The world is drowning in oil, and every day the market seems to take its cues from oil’s ups and downs. At AJF, we’ve been thinking about this a lot. Who isn’t? Is it a result of the reality/perception that China’s economy is slowing down? Is it a result of OPEC’s decision to continue flooding the world with supply to drive out higher cost producers in the US? Is it a result of the stronger dollar that continues to benefit from weakening emerging economies that are highly dependent on commodity exports? Well, the answer is… Yes. However, these are just a few of the questions relevant to the conversation.
One aspect that hasn’t received as much attention over the future of fossil fuel supply/demand is the issue of climate change. This past December, 195 countries signed on to the first-ever universal, legally binding global climate deal to limit global warming to below 2°C. The fight against global warming has been building for decades, but with an ever-shortening timeline, the level of urgency has risen exponentially and now the world’s leaders have come to the realization that either we act now to lessen our dependence on fossil fuels or suffer the irreversible consequences. Interestingly, one should notice the price descent of Brent crude following December 12, 2015, the day the climate deal was reached in Paris. The price declined from $38.30 to $27.
Leaders of oil producing nations and fossil fuel CEOs must be aware. Coal CEOs for certain, the door for coal is closing. It’s been said that in order to keep global warming at bay, 2/3 of the world’s fossil fuels must be kept in the ground. And as investments in alternative energy project continue to climb, naturally, less and less will be needed from coal, oil, and natural gas. So with this agreement, the writing is on the wall in bold faced letters. It comes as no surprise to us that oil producers continue to extract as much oil as possible due to competitive pressures. This scenario will naturally leave the majors as the survivors as they scoop up cheap assets from bankrupt outfits. But as we innovate and find more sustainable options to displace gasoline, heating oil, diesel, jet fuel, and plastics, oil should lose its standing as a barometer for economic growth. A market will still exist for oil, but the glory days are over.
The ushering in of a new era free of fossil fuels (which is what we believe is happening) has tremendous ramifications for the world’s economies and societies. Think about it for a moment. Energy is at the foundation of everything. You can’t do anything without it. Fossil fuels served as the main catalyst responsible for the Industrial Revolution and can be credited as the essential ingredient to “fueling” two full centuries of global growth and innovation. This contribution cannot be understated. So when we talk about the inevitable transition away from fossil fuels, we are talking about something so revolutionary, so transformational, it is almost difficult to fathom. Thankfully the technology is here and continues to improve and scale, governments are on board, we have consensus across all generations (with particular emphasis on millennials), and industries are in the process of adjusting.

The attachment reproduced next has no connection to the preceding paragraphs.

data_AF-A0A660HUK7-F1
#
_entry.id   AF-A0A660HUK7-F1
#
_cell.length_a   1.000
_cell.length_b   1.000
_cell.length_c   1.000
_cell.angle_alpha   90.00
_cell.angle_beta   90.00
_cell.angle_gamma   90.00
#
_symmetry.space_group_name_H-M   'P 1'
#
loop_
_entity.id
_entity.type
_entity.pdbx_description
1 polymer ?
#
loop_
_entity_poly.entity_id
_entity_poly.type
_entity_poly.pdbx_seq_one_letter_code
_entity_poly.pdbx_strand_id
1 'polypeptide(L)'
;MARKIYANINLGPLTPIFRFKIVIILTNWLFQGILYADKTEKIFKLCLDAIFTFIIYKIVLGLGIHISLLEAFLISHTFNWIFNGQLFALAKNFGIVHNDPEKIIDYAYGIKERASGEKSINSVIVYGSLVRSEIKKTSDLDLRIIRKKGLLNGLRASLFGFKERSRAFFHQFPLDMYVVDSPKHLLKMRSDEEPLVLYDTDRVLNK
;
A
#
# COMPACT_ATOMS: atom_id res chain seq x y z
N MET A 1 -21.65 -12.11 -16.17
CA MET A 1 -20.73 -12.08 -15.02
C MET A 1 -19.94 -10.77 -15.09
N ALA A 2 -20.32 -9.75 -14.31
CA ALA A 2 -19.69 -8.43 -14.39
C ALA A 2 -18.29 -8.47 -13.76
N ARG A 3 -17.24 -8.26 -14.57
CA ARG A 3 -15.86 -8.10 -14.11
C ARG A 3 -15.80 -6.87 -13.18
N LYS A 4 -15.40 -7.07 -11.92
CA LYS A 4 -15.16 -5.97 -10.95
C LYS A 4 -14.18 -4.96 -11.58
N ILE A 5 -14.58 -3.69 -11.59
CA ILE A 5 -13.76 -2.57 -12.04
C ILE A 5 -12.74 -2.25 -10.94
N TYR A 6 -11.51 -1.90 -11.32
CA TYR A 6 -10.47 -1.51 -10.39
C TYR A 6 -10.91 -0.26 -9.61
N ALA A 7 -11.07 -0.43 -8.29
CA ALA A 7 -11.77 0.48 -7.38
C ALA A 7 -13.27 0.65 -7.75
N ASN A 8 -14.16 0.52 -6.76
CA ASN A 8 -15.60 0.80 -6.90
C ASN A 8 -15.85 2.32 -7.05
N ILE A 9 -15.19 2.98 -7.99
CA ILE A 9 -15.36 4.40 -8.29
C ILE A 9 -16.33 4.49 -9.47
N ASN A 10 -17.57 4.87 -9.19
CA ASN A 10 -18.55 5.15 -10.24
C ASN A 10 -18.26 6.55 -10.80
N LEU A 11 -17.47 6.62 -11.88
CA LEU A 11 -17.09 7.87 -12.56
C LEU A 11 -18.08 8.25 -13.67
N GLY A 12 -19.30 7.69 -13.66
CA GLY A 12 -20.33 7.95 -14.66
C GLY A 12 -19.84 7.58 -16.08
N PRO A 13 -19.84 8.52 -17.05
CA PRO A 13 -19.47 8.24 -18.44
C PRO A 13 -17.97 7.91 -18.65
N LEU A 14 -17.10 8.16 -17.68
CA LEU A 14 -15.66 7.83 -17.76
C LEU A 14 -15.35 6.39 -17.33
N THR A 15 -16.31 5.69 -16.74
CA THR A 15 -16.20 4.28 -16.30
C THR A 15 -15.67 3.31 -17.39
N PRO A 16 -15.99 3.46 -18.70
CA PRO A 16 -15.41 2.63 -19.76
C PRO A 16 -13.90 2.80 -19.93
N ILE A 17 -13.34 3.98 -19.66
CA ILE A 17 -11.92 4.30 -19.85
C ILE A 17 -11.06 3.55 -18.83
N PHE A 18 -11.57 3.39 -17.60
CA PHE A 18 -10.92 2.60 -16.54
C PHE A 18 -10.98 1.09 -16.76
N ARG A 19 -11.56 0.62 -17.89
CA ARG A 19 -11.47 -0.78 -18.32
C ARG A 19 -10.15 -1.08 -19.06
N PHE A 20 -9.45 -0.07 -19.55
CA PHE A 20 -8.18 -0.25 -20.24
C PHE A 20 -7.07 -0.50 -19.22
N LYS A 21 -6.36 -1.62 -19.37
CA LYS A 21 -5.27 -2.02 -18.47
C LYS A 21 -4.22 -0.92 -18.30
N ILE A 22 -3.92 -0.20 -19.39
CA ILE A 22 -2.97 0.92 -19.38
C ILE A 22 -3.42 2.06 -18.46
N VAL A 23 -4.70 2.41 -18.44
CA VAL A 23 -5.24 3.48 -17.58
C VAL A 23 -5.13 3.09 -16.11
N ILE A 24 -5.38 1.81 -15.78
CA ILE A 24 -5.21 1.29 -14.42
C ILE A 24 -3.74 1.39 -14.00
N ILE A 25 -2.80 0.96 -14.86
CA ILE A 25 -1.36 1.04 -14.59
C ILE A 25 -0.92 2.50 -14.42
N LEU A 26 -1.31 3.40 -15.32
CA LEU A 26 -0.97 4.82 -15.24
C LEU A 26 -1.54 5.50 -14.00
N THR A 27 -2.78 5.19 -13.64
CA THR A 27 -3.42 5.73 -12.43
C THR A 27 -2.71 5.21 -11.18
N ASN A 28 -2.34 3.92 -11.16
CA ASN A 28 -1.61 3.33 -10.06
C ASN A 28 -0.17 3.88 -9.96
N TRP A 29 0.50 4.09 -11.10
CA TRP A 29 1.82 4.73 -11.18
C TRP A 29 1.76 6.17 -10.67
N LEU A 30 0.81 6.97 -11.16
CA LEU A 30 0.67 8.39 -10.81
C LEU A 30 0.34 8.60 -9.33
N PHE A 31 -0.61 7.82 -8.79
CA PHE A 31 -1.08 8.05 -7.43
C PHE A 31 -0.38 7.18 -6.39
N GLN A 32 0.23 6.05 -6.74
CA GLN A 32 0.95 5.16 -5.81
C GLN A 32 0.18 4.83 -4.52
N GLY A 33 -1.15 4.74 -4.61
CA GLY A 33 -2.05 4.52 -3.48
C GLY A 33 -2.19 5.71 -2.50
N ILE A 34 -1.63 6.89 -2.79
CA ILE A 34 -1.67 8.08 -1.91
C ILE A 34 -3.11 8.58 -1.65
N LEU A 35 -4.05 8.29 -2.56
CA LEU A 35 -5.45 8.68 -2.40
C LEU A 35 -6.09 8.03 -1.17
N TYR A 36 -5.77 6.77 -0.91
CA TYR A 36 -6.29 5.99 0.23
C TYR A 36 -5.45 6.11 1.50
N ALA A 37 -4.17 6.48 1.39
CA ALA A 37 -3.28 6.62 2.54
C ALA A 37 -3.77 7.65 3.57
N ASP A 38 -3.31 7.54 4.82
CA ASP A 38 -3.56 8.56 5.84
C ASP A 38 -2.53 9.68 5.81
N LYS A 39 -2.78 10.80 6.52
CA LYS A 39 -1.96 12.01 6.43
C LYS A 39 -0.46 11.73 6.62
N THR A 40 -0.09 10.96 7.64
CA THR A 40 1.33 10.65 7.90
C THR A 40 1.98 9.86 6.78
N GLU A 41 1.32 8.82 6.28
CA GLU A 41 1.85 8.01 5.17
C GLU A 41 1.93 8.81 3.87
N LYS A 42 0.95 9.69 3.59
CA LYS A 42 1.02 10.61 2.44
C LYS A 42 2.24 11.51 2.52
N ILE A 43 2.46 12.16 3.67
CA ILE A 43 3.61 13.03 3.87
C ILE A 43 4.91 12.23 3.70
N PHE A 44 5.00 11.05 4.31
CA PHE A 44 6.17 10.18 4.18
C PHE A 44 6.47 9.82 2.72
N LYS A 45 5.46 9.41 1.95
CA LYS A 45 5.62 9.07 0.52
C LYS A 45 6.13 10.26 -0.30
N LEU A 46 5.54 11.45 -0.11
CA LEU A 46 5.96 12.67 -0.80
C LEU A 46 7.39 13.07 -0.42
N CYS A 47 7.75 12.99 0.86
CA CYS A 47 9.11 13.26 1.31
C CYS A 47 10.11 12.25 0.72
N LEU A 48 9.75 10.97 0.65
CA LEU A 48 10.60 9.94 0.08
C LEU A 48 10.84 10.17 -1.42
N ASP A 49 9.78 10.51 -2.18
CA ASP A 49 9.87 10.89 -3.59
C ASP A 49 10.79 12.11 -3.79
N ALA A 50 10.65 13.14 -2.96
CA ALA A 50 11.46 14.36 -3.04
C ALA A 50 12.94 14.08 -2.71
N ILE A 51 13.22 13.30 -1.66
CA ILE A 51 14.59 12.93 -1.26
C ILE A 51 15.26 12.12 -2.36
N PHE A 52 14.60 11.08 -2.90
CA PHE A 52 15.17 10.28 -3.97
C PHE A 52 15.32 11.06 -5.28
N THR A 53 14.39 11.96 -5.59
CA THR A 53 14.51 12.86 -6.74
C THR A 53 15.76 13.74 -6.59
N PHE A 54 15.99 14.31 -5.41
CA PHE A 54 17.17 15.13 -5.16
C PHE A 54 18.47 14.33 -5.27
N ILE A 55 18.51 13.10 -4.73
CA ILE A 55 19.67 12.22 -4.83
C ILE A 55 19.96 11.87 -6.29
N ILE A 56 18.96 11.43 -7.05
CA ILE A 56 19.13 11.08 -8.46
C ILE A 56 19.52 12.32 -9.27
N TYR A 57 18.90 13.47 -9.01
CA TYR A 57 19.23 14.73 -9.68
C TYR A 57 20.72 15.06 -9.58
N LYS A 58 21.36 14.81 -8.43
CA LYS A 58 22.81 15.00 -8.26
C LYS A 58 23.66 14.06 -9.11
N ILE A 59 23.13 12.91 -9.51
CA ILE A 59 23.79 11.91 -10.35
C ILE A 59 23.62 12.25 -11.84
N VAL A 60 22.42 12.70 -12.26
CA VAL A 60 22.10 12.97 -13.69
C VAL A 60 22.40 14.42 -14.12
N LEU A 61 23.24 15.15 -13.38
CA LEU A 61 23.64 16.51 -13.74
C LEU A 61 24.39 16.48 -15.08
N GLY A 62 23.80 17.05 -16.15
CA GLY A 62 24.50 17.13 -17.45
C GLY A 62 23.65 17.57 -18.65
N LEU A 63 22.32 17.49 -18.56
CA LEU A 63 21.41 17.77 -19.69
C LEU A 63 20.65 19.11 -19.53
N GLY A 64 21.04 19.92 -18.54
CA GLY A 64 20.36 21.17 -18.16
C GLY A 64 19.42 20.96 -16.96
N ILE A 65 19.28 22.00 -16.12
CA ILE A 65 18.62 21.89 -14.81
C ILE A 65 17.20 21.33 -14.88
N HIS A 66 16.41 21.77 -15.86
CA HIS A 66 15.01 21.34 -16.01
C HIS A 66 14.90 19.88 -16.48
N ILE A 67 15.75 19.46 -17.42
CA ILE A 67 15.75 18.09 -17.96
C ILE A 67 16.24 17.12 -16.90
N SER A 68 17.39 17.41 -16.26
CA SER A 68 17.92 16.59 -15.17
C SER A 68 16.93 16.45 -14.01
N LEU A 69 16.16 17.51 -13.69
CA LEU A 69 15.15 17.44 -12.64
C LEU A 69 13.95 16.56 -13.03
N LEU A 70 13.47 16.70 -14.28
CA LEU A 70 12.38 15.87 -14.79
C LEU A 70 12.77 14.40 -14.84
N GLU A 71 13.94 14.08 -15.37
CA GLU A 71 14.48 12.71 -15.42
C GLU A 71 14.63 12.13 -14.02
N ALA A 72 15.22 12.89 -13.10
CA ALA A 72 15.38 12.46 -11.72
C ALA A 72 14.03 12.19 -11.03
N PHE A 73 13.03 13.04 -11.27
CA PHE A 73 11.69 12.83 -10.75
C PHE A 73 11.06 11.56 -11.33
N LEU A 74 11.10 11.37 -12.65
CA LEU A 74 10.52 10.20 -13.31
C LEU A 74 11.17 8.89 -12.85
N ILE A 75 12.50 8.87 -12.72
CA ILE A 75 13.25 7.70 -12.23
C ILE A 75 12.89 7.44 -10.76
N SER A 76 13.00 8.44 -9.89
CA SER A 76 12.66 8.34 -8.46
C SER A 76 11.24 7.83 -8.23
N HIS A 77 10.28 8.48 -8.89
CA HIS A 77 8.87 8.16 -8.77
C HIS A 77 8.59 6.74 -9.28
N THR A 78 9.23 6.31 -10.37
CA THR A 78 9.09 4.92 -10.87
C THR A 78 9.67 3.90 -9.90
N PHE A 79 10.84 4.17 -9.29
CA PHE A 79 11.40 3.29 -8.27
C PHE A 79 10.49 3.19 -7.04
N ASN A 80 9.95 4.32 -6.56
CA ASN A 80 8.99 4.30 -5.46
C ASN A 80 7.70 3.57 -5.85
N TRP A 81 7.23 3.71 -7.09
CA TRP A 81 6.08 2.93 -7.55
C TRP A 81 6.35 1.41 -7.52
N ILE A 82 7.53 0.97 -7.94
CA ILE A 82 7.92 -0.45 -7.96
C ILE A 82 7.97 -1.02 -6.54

We are not suggesting the transition will be free of casualties. Rather we are certain this transformation will subject the market to heightened volatility, similar to what we’ve already witnessed in the first few weeks of this year. Particularly for those economies that are highly dependent on oil export revenue as a % of their GDP and as a source of revenue to finance fiscal expenditures, what will the eventual loss of revenue mean and how will these economies and societies adjust going forward? What will happen to the economies of trading partners to these countries, as well as industries that have long been supportive players in the fossil fuel ecosystem? Tackling these and many other questions will inevitably cause uncertainty in the short term.
But these are the growing pains that occur when such a dramatic shifts take place. From torches, to kerosene lamps, to light bulbs, to LEDs, innovation will always force change, but that does not mean governments and companies cannot be ahead of the curve and adjust. One thing is for sure, change is upon us and maintaining the status quo is not a strategy for the future we envision. That is a world where major oil producers will one day lead the way in alternative energy. Can you imagine, capex originally meant for exploration and production being diverted to fund alternative energy R&D? We are simply presenting this argument for your consideration and that in the end to recognize that we all stand to benefit from a safer, healthier planet.
Andrew Friedman: Founder & President
AJF Financial Services, Inc.
*Securities offered through American Portfolio Financial Services. Member FINRA and SIPC. Investment Advisory services offered through AJF Financial which is not affiliated with APFS. AJF Financial Services, Inc. Is a SEC registered investment advisor.
*Opinions expressed are those of The Writer and AJF Financial Services, Inc., not necessarily those of American Portfolio Financial Services.
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